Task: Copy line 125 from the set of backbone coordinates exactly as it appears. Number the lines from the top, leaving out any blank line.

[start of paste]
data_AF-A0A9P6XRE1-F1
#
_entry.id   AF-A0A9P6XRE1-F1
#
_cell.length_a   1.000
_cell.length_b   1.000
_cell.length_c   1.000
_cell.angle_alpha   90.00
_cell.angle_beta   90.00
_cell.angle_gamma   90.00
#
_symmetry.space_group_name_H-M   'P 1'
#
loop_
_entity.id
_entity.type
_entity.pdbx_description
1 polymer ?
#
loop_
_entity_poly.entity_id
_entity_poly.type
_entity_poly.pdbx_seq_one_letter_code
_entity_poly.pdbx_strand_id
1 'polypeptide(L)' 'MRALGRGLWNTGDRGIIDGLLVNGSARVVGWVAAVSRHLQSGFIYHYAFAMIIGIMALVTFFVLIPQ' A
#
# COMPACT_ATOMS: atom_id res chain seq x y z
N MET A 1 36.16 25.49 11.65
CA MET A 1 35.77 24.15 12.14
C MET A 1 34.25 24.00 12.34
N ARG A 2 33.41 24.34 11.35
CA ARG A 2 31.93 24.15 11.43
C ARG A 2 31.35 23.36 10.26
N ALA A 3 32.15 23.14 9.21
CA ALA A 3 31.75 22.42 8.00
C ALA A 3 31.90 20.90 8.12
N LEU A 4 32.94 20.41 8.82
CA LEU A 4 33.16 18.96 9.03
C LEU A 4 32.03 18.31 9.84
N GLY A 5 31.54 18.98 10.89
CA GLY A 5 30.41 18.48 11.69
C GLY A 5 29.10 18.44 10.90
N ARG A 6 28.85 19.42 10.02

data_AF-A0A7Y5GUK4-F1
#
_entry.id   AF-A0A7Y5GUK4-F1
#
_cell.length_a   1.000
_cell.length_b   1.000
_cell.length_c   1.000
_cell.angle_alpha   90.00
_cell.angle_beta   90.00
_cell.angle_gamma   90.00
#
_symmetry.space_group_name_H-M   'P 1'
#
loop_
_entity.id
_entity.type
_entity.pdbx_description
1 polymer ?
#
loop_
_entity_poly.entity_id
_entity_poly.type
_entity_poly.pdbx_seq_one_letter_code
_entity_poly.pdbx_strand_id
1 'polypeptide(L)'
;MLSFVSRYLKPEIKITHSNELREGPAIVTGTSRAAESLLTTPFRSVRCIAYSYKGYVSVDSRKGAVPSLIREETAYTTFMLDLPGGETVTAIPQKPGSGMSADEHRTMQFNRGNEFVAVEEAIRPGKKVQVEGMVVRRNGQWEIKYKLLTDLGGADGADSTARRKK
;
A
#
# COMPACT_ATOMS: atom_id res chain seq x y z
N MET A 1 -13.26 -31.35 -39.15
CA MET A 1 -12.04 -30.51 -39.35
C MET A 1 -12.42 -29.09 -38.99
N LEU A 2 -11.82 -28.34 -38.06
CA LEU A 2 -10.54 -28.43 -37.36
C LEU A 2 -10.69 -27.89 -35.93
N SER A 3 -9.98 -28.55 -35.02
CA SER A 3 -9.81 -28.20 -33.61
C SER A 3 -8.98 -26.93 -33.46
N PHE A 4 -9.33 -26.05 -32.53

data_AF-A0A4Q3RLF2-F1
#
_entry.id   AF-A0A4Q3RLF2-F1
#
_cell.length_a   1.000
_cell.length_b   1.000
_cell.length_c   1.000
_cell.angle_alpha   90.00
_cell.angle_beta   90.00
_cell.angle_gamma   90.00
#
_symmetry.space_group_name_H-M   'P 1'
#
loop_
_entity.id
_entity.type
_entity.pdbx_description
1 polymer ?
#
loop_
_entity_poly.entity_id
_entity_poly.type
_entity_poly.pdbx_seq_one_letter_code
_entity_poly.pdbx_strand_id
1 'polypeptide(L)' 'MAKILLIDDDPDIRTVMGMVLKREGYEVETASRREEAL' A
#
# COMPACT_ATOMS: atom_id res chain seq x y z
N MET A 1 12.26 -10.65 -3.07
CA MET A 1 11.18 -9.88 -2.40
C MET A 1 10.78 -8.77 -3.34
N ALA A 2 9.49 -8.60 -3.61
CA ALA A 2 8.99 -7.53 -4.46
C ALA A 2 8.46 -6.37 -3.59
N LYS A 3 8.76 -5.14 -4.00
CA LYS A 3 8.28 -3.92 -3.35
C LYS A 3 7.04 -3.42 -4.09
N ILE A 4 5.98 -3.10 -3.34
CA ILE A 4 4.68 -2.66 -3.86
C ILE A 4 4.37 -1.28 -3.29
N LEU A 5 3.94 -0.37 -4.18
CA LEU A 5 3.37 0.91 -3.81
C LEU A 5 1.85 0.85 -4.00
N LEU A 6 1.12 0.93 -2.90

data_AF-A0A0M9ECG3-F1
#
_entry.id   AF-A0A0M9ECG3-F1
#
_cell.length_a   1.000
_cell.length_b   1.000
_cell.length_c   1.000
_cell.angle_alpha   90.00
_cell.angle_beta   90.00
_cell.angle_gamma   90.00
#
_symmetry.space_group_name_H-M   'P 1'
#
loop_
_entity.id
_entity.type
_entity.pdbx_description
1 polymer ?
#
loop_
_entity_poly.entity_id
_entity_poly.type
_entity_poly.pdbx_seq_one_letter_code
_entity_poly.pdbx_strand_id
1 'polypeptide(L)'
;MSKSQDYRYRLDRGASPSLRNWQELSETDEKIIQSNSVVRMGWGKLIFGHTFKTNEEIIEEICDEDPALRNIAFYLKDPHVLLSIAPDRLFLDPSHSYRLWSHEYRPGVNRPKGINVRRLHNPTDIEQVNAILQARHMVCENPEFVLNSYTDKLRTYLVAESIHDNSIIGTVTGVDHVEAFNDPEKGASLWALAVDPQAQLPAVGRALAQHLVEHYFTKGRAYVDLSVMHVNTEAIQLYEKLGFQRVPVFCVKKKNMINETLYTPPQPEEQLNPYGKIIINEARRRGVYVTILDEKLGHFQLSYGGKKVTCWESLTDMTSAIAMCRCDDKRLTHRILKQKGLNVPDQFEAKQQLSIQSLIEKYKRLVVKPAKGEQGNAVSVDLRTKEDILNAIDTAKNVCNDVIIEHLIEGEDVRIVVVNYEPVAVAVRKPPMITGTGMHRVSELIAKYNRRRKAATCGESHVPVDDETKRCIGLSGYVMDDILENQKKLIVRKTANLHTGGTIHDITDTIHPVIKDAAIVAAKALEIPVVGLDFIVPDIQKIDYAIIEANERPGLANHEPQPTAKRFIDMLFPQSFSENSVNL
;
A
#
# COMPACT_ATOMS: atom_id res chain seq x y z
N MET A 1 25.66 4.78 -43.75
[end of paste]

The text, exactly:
C LEU A 5 1.85 0.85 -4.00